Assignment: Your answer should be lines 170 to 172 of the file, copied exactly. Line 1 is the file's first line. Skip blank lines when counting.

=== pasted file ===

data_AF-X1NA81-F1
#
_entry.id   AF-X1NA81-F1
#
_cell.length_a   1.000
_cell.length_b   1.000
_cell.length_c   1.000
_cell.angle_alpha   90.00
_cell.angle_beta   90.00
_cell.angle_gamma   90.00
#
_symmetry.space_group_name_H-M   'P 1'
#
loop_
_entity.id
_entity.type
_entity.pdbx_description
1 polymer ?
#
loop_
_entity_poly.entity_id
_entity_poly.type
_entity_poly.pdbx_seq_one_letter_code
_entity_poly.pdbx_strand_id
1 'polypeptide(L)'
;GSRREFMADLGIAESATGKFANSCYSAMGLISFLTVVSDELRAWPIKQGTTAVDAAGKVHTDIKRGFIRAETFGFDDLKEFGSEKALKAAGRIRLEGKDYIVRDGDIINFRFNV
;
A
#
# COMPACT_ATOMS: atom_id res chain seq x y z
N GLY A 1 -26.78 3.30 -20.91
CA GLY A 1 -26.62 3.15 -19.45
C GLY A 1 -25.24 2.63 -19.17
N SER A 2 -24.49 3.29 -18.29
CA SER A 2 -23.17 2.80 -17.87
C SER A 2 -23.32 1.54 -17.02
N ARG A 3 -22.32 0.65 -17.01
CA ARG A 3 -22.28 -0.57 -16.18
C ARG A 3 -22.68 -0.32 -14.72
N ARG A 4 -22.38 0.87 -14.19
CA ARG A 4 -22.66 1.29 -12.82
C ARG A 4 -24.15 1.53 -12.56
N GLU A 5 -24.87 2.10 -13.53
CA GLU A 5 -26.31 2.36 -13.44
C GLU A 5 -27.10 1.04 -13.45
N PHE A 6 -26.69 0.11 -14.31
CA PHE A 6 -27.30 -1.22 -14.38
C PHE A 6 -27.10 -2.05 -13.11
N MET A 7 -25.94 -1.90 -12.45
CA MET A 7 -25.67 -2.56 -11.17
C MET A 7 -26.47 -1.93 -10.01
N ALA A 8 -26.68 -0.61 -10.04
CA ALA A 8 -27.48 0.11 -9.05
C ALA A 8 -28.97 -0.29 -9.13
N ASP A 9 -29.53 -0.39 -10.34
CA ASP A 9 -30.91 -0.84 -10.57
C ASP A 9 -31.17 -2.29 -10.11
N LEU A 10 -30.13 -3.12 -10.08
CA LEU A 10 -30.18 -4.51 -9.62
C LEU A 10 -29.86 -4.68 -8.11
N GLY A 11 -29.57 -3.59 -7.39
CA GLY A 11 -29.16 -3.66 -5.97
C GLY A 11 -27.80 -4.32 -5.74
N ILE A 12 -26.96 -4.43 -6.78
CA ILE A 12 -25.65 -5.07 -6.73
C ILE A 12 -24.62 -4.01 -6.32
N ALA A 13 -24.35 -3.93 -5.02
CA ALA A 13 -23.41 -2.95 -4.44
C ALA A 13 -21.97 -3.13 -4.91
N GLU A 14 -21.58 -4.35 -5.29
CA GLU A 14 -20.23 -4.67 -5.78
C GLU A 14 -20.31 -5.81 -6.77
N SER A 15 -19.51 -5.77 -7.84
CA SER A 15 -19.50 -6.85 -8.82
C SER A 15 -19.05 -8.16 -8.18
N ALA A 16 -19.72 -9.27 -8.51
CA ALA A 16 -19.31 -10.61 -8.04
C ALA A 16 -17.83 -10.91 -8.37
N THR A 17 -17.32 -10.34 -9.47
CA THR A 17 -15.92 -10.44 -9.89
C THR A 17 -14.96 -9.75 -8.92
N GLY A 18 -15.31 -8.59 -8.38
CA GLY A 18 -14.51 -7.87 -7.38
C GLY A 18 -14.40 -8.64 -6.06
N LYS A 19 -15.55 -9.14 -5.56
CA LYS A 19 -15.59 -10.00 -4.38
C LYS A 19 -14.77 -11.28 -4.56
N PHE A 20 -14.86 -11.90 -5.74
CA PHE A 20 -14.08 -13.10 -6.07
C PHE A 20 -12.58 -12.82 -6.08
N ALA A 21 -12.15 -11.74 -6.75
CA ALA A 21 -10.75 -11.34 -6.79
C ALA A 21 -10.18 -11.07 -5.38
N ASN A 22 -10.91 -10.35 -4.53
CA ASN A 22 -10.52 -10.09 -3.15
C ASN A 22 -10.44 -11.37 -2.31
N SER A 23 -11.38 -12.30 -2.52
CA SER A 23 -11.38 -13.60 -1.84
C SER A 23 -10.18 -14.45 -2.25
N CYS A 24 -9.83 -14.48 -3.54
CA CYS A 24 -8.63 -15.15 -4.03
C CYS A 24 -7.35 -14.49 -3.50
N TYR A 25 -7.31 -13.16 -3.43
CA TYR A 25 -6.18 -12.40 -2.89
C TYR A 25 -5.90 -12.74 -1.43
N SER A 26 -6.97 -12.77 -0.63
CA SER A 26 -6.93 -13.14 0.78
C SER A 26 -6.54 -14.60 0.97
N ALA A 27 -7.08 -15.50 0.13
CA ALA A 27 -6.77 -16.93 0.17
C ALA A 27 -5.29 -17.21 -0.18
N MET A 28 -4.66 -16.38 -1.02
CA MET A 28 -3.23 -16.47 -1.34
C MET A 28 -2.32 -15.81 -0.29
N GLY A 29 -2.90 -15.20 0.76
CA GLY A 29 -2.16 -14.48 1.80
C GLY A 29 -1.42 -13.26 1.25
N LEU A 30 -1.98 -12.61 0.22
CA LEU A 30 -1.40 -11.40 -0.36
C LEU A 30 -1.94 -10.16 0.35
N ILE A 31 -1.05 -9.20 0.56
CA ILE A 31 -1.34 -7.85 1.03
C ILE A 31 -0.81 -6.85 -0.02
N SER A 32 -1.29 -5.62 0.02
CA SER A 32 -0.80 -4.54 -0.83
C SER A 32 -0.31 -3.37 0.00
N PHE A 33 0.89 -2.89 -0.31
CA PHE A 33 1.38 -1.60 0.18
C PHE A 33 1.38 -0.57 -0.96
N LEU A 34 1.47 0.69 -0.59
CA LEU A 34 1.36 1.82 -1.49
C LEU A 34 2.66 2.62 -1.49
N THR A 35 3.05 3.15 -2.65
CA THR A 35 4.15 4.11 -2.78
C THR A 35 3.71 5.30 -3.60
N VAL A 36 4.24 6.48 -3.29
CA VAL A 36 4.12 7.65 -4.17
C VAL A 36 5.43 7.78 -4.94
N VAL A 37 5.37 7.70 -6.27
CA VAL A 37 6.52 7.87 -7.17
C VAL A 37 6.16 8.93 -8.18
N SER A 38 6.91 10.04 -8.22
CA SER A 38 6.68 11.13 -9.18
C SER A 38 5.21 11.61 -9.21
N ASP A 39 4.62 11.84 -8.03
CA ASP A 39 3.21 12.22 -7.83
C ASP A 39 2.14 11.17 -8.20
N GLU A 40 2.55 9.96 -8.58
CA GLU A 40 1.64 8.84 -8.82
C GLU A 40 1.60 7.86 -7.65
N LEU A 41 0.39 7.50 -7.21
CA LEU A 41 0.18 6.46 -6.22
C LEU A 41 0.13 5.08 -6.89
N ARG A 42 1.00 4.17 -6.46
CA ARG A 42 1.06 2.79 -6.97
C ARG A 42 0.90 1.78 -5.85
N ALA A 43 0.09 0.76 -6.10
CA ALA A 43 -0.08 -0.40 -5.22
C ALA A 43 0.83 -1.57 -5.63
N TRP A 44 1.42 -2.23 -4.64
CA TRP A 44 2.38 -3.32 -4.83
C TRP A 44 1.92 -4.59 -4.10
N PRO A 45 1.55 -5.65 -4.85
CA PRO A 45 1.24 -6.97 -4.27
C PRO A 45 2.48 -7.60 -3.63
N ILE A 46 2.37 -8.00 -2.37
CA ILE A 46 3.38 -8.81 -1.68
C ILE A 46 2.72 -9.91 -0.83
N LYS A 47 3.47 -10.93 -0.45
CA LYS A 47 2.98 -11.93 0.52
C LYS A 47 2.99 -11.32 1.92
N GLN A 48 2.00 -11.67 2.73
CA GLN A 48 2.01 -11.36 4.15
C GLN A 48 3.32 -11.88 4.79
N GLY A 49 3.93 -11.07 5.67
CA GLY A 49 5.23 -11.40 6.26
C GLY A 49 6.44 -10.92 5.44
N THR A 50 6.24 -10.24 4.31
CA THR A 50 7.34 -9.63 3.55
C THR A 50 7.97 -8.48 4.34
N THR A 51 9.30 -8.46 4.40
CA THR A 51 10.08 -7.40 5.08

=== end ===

CA LYS A 47 2.98 -11.93 0.52
C LYS A 47 2.99 -11.32 1.92
N GLN A 48 2.00 -11.67 2.73